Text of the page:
Liberte, Egalite, Fraternite, Cafe au Lait

DSC_0891The week after I finished graduate school, my husband, Jamie, and I went to Europe together for the first time. Excluding our honeymoon years before, this would be our first really long trip and, as my overly romantic imagination took hold, I envisioned us wandering arm in arm through moonlit Roman ruins; munching les marron glaces at Laduree’s tiny bistro tables; and elegantly sipping steaming Lapsang Souchong at Brown’s Hotel. So powerful was this vision that I completely ignored what I already knew about the reality of travelling with Jamie; specifically, I read the tour books and look at the sights while he clutches a telephone to his ear, talking to his office as he unconsciously tidies things. Years earlier we had accompanied my parents on a cruise to Bermuda. Since there were no international cell phones then, Jamie spent an entire day on the dock in Hamilton talking on a pay phone on the pier. As I skipped away for a day of shopping and eating with my mom and dad, the last thing I noticed was his saying “No, Kenny, I think if you open the bids again, you’ll find that . . . “ as he dabbed idly at a barely-visible Diet Coke spot on his khaki shorts.
I have never understood his affection for telephones or cleaning. Being rather a Luddite, I didn’t get my first cell phone until long after they’d become common. Perhaps my husband’s addiction to it put me off.
While I suspect that the telephone thing is work-based, the cleaning is something he does reflexively. Most of the time it seems harmless, quirky: sometimes it’s even been charming, like the sunny July morning my visiting childhood friend, Patti, excused herself to go to the bathroom during breakfast. By the time she returned, Jamie had cleared the table, loaded the dishwasher, and scrubbed the griddle, all with his trusty Motorola Razr pasted firmly to his left ear. “Seriously, Danny, you can’t honestly think that . . . “
The days passed, our suitcases were packed, and the morning of our departure arrived. My heart pounding, we boarded the plane to London. During the flight Jamie didn’t use the Airphone at all but he did tidy all of the newspapers on the steward’s cart. As we began navigating our carry-ons down the Jetway, however, his cell phone rang and it took repeated scowls from the Immigration officers to convince him to disconnect. It rang again as we settled into our black taxi and Jamie chatted throughout the drive from Heathrow to Mayfair. As he executed the U turn on Carlos Place in front of our hotel, the driver – no slouch on the mobile phone himself, by the way – commented wryly that he hoped I’d be okay visiting the Tower and Harrod’s on my own since my husband would no doubt be up in our room talking on the landline, having exhausted his phone’s battery.
We wandered through European capitals, Jamie and I, chatting and reading, folding and plumping. The evening before we were scheduled to leave Paris, Jamie prowled the room, hunting for errant objects with his cell scrunched under his chin. I reclined against pillows on the bed and watched the 1936 Warner Brothers classic Charge of the Light Brigade with Errol Flynn dubbed to sound like Yves Montand.
We needed to arrive at the station no later than 7:15 a.m. to retrieve our reserved tickets and make our way to the carriage of our 7:45 a.m. train. Because I am not at my most alert in the morning, I had taken the linen jacket I intended to wear and purposefully laid it across the back of a chair before I retired. The chair stood next to the door. Regardless of my level of catatonia, I would see it..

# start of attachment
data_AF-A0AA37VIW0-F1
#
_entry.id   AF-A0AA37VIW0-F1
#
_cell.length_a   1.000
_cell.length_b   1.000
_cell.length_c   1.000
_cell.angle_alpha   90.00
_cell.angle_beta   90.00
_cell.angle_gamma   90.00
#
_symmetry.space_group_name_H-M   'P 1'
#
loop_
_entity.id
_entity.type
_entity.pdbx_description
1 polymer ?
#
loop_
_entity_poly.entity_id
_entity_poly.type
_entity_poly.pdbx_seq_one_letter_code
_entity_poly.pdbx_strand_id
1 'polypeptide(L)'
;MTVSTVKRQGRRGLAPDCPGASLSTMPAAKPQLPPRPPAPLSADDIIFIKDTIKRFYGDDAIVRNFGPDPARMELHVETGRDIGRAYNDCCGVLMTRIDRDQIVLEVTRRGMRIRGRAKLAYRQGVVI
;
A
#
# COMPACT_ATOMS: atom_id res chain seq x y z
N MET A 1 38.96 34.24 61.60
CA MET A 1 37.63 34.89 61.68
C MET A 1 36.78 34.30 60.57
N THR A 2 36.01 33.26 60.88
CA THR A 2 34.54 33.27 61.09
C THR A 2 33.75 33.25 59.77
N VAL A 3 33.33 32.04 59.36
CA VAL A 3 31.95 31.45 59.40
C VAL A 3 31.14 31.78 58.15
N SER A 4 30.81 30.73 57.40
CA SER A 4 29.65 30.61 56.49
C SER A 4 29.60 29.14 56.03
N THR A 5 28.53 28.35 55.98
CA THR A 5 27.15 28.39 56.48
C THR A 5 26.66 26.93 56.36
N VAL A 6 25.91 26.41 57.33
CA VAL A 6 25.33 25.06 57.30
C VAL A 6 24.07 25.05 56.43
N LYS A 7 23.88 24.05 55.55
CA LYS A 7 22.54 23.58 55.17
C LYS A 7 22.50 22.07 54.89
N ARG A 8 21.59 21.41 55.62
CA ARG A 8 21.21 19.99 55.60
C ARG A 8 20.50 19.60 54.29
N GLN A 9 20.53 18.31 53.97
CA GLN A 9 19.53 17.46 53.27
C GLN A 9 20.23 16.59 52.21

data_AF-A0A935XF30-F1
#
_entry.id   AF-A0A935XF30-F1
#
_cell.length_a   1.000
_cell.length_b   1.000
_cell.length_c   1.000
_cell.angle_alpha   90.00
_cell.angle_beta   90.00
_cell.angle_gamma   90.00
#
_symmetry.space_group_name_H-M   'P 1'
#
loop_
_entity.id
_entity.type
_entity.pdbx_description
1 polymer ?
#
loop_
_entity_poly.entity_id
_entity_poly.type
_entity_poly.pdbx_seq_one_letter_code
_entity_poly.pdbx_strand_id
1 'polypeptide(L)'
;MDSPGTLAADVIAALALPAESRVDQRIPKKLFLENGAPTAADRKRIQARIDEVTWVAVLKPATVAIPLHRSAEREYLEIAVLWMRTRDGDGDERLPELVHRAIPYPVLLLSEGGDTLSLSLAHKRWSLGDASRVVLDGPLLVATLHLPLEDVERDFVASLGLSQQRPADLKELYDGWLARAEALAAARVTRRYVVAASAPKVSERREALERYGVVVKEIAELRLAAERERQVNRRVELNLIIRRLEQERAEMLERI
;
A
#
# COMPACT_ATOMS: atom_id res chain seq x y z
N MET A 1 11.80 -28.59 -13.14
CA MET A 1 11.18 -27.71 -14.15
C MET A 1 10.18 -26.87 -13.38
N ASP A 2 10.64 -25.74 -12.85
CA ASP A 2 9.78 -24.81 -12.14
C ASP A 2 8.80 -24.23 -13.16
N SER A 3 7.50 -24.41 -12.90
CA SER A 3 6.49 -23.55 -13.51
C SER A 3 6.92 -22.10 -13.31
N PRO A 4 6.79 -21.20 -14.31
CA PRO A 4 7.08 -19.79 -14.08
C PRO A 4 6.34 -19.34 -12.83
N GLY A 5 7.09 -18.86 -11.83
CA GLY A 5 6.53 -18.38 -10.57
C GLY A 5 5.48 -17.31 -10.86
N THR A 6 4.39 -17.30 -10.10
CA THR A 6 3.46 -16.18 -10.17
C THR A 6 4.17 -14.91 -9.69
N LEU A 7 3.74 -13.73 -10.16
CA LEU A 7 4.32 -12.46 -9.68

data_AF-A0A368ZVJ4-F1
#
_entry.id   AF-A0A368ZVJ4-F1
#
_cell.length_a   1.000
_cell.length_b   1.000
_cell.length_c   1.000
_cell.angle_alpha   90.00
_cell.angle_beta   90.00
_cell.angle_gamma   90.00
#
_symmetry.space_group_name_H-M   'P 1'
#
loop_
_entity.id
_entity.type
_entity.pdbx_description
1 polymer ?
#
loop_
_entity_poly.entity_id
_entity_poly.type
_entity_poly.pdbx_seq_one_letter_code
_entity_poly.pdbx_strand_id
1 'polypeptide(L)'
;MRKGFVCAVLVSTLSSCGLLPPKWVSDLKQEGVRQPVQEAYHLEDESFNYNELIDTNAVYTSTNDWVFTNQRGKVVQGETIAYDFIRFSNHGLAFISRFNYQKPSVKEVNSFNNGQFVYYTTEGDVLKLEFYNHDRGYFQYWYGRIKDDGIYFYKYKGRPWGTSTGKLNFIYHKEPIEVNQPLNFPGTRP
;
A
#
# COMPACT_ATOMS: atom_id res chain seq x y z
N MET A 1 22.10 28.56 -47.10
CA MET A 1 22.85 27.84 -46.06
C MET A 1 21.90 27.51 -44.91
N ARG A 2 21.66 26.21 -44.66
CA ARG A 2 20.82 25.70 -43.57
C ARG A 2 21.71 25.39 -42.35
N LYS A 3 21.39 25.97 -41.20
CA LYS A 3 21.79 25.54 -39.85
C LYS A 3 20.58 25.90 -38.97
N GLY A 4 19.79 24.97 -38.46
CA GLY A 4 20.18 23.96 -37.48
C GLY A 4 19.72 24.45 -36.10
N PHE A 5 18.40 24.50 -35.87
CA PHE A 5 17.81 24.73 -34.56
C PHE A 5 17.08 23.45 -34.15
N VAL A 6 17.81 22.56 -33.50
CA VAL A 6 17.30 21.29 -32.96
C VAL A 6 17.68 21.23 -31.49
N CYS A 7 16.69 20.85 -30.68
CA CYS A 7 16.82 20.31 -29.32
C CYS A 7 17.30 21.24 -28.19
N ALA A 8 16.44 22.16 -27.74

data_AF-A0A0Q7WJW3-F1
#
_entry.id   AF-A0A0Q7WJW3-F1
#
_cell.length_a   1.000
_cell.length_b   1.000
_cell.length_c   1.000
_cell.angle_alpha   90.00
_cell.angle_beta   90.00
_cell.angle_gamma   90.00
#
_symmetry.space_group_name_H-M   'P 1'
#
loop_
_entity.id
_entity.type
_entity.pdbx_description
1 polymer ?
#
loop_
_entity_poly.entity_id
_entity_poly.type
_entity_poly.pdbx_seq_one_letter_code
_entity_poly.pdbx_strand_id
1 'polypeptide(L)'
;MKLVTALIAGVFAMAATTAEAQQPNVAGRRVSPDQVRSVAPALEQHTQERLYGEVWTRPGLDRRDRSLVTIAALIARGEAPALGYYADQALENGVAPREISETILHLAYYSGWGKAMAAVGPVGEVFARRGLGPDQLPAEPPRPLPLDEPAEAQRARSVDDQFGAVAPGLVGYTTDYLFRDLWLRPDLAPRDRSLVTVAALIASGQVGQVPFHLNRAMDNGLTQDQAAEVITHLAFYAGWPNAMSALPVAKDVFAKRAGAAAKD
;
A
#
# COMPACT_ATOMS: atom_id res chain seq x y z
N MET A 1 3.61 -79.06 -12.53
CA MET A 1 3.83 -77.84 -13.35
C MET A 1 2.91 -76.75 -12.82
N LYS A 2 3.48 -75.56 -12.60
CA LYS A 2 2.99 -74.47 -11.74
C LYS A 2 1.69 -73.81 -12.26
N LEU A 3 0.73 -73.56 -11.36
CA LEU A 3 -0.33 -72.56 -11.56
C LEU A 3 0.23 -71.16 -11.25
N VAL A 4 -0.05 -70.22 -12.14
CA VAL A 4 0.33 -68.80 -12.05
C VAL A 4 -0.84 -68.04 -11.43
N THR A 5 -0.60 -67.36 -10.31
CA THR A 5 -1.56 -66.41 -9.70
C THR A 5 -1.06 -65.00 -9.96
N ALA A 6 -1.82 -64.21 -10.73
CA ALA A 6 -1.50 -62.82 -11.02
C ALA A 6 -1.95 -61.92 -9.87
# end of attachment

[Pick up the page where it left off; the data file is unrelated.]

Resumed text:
Just after our 6:00 a. m. wake up call Jamie shoved me toward the shower and called Room Service for café au lait and pastries. Despite the caffeine fortification, I dawdled and Jamie prodded me to hurry. Exiting into the misty Champs Elysees morning, I grumbled about the chill air. Jamie assured me I’d find hot coffee waiting at the station. Comforted, I promptly fell asleep in the back of the tiny taxi. By the time we’d reached the station, however, I had awakened shivering. I searched my carry-on bag for my jacket.
“Did you pack it in your bag?” I asked Jamie as the taxi drove through the crescent to the wide-open glass doors of the Eurostar terminal.
He twisted his neck to hold his phone while he spoke to me. “Hold on, Kenny. Pack what?”
“My jacket. My beige linen Moschino jacket.”
When he didn’t answer, I poked him. He shrugged and gestured to the metal object adhered to his ear. He continued talking until the taxi stopped at the doors, then disconnected and glanced at the meter.
“Where’s my jacket?” I asked.
He counted Euros. “Do you have any money?”
I emptied the front pocket of my jeans into his waiting palm. “Here. Where’s my jacket?”
“I dunno. Did you take it out of the closet?”
“It wasn’t in the closet. I threw it across the back of the blue chair by the door because I knew I wouldn’t see it otherwise. “ I could almost feel the little cartoon light bulb suddenly switch on above my head. “You hung it in the closet, didn’t you?” I cried accusingly. “Last night when you were on the phone with Kenny you tidied it away! We have to catch a train in twenty minutes and my jacket is in a closet in the hotel!”
He swung open the taxi door dragging the carry-ons behind him. “Call the hotel and tell them to send it to Jose and Diana’s house. Use my office’s Fed Ex number. I have to call Kenny back.”
After paying the driver and claiming the tickets, there was barely enough time for my errand. Fed Ex number and hotel receipt clutched in my sweaty palm, I scurried down the train steps and looked around nervously for an old-fashioned public telephone sign. Finally locating it on the outer wall of a tiny coffee bar, I trotted into the smoky room. Reaching for the handset, I ran my eyes all over the phone’s body looking for the coin slot. With a shock I realized that it didn’t accept cash, only phone cards. I turned and dashed out of the warm, dark bar and into the bright, chilly station searching for the tabac stand. There it was, against the far corner. I trotted toward it. Facing the clerk squarely, I tried to act out my request as I fumbled with my poor French. “Je suis . . . une telephone card.”
Her brown eyes widened.
“No? Um, voulez vous une telephone card?” She frowned. Apparently that wasn’t right, either.